A skillful, persuasive blend of history and polemic, sure to incite controversy and to earn its author much attention.



Goldhagen’s Hitler’s Willing Executioners (1996) may have “unwittingly provoked a moral uproar,” but there’s nothing unwitting about this provocative work, an unblinking consideration of the role of Catholic doctrine in the machinery of the Holocaust.

Goldhagen’s debut, angrily debated in Germany and elsewhere, dismissed the notion that the Germans and other Europeans were “herdlike, simply frightened, optionless people,” incapable of opposing or even comprehending Hitler’s savage war against the Jews. Here, he extends his argument to show that much of Catholic (and, by extension, other Christian churches’) doctrine provided justification for that war in the eyes of its faithful perpetrators. For centuries, after all, priests had been preaching that the Jews were the tainted murderers of Christ and “an insufferable devilish burden,” and few earlier bloodlettings had been without the blessings of popes and prelates; small wonder, then, that although German bishops protested the state’s euthanasia program against the ill and infirm, they never publicly spoke against the elimination of their Jewish compatriots. Extending with better evidence the arguments of John Cornwell and other recent scholars, Goldhagen sheds particularly harsh light on Pope Pius XII, who suppressed his immediate predecessor’s encyclical condemning Nazi anti-Semitism and professed a “special love” for Germany as against a special hatred for the godless Bolshevism that he suspected the Jews of spreading; Pius, he adds, knew all about the gas chambers and yet lent the Church’s support to Italy’s consent to the deportation of its own Jewish population as late as 1943. The Church must acknowledge its complicity in the Holocaust, insists Goldhagen. Moreover, he adds, “if the Catholic Church is to undo the harm it has produced, then it must work assiduously to combat, to reduce, and to teach people the falseness and, in its terms, the sinfulness of anti-Semitism”—a hateful doctrine whose origins lie in New Testament passages depicting Jews as “a brood of vipers” and worse.

A skillful, persuasive blend of history and polemic, sure to incite controversy and to earn its author much attention.

Pub Date: Nov. 3, 2002

ISBN: 0-375-41434-7

Page Count: 352

Publisher: Knopf

Review Posted Online: May 20, 2010

Kirkus Reviews Issue: Oct. 1, 2002

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The author's youthfulness helps to assure the inevitable comparison with the Anne Frank diary although over and above the...


Elie Wiesel spent his early years in a small Transylvanian town as one of four children.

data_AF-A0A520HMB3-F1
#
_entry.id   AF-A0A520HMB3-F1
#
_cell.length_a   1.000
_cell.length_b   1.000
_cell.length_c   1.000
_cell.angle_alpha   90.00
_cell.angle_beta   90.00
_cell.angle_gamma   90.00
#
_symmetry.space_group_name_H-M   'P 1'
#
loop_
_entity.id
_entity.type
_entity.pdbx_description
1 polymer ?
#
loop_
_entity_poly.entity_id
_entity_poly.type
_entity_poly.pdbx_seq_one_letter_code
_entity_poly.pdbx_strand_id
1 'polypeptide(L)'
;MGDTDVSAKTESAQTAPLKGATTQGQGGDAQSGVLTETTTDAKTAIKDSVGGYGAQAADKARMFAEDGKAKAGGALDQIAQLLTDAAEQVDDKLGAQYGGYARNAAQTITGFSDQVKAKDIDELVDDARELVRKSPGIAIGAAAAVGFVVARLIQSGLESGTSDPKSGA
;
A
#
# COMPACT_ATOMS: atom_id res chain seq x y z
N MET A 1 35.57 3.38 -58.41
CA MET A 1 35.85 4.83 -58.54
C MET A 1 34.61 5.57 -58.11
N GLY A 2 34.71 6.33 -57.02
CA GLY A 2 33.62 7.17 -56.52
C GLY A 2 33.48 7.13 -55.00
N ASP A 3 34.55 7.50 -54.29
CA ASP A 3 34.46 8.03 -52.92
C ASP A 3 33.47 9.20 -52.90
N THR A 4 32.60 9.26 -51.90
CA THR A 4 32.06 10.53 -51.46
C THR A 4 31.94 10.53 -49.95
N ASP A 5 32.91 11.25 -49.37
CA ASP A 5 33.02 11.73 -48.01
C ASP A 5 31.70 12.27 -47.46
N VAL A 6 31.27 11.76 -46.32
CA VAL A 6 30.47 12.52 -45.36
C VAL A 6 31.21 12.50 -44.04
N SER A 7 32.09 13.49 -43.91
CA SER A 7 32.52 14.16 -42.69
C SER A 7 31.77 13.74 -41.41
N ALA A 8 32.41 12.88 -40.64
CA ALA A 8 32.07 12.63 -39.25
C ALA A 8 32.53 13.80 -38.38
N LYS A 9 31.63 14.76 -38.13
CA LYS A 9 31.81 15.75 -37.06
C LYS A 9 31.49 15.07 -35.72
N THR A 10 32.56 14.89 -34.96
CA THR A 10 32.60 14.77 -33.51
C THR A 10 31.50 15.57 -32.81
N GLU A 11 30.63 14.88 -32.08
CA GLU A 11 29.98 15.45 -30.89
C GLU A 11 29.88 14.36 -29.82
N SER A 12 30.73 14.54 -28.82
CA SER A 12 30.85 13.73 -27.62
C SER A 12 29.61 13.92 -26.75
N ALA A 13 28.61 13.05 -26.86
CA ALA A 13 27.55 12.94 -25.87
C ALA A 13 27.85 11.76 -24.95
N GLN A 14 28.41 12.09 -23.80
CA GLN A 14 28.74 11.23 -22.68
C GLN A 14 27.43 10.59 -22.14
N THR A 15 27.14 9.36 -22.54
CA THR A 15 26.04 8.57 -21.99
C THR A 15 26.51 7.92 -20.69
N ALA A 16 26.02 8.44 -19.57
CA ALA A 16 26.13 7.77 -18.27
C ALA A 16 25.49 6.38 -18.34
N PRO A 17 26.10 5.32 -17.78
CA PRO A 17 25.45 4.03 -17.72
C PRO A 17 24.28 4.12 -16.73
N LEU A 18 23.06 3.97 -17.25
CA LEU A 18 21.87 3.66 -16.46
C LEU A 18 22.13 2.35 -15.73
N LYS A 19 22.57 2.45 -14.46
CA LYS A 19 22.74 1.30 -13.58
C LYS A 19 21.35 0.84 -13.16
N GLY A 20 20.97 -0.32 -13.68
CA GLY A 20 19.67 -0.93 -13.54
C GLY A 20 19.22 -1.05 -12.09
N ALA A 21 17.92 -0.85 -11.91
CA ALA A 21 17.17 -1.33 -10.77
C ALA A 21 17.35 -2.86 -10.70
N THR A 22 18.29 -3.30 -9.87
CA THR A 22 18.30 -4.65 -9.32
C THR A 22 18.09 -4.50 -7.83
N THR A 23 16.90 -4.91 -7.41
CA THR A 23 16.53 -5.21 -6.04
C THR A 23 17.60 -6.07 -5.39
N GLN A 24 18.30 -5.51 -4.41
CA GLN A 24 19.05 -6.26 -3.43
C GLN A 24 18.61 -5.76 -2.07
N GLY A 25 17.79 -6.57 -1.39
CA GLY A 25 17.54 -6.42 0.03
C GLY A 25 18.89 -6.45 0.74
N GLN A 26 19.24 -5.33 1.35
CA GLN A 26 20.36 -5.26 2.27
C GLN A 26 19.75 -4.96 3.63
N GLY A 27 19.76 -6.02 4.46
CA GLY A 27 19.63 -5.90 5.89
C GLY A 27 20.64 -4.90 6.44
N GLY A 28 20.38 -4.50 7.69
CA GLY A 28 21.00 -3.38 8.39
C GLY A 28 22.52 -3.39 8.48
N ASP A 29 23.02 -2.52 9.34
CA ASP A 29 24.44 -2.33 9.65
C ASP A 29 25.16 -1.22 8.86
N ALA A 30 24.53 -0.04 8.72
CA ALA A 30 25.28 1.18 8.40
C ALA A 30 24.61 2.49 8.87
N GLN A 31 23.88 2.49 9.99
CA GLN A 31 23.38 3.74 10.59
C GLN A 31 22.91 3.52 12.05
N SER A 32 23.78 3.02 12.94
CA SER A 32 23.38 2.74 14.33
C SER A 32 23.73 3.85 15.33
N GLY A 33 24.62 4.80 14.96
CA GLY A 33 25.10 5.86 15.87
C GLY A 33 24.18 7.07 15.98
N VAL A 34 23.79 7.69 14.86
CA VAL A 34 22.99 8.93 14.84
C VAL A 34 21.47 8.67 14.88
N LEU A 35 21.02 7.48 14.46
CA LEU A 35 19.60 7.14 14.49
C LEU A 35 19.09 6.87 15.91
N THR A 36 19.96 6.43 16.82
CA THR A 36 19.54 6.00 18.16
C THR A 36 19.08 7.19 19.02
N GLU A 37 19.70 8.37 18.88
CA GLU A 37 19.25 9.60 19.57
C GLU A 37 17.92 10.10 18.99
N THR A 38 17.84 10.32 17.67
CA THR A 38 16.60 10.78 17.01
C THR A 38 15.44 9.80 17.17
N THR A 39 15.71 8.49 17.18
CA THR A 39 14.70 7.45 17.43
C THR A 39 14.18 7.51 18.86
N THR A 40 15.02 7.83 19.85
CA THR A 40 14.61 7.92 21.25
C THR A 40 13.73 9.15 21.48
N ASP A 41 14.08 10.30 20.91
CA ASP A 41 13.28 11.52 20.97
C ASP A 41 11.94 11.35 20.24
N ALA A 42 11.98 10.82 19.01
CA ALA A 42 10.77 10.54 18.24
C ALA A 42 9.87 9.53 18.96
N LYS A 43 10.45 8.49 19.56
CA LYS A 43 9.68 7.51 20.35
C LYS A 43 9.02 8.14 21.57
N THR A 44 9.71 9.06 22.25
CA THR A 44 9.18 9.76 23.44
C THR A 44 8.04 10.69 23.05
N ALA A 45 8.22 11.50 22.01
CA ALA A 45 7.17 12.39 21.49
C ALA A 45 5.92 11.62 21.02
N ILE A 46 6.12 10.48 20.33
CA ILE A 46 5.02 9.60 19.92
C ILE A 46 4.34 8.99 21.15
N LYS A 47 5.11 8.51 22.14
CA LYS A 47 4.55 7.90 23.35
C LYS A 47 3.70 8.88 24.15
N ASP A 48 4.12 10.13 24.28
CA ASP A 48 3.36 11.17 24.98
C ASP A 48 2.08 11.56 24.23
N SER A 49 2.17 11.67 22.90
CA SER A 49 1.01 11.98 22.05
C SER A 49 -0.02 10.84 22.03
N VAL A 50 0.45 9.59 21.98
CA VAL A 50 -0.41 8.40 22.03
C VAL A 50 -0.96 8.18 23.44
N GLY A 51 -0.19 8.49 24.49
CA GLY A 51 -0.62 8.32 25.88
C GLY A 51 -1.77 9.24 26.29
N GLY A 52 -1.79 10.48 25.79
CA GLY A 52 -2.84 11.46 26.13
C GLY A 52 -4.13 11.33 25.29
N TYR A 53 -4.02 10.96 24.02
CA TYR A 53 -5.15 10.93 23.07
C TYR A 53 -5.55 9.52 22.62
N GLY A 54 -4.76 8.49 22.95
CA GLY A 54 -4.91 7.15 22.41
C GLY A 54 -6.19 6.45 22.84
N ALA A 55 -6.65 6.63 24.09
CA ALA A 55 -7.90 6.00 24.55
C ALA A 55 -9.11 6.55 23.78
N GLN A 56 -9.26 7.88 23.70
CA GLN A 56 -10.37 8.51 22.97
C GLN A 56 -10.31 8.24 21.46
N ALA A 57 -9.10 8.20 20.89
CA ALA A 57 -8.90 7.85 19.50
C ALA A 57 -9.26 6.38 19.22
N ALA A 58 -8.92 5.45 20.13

He was the only one of the family to survive what Francois Maurois, in his introduction, calls the "human holocaust" of the persecution of the Jews, which began with the restrictions, the singularization of the yellow star, the enclosure within the ghetto, and went on to the mass deportations to the ovens of Auschwitz and Buchenwald. There are unforgettable and horrifying scenes here in this spare and sombre memoir of this experience of the hanging of a child, of his first farewell with his father who leaves him an inheritance of a knife and a spoon, and of his last goodbye at Buchenwald his father's corpse is already cold let alone the long months of survival under unconscionable conditions. 

The author's youthfulness helps to assure the inevitable comparison with the Anne Frank diary although over and above the sphere of suffering shared, and in this case extended to the death march itself, there is no spiritual or emotional legacy here to offset any reader reluctance.

Pub Date: Jan. 16, 2006

ISBN: 0374500010

Page Count: 120

Publisher: Hill & Wang

Review Posted Online: Oct. 7, 2011

Kirkus Reviews Issue: Jan. 15, 2006

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For Howard Zinn, long-time civil rights and anti-war activist, history and ideology have a lot in common. Since he thinks that everything is in someone's interest, the historian—Zinn posits—has to figure out whose interests he or she is defining/defending/reconstructing (hence one of his previous books, The Politics of History). Zinn has no doubts about where he stands in this "people's history": "it is a history disrespectful of governments and respectful of people's movements of resistance." So what we get here, instead of the usual survey of wars, presidents, and institutions, is a survey of the usual rebellions, strikes, and protest movements. Zinn starts out by depicting the arrival of Columbus in North America from the standpoint of the Indians (which amounts to their standpoint as constructed from the observations of the Europeans); and, after easily establishing the cultural disharmony that ensued, he goes on to the importation of slaves into the colonies. Add the laborers and indentured servants that followed, plus women and later immigrants, and you have Zinn's amorphous constituency. To hear Zinn tell it, all anyone did in America at any time was to oppress or be oppressed; and so he obscures as much as his hated mainstream historical foes do—only in Zinn's case there is that absurd presumption that virtually everything that came to pass was the work of ruling-class planning: this amounts to one great indictment for conspiracy. Despite surface similarities, this is not a social history, since we get no sense of the fabric of life. Instead of negating the one-sided histories he detests, Zinn has merely reversed the image; the distortion remains.

Pub Date: Jan. 1, 1979

ISBN: 0061965588

Page Count: 772

Publisher: Harper & Row

Review Posted Online: May 26, 2012

Kirkus Reviews Issue: Jan. 1, 1979

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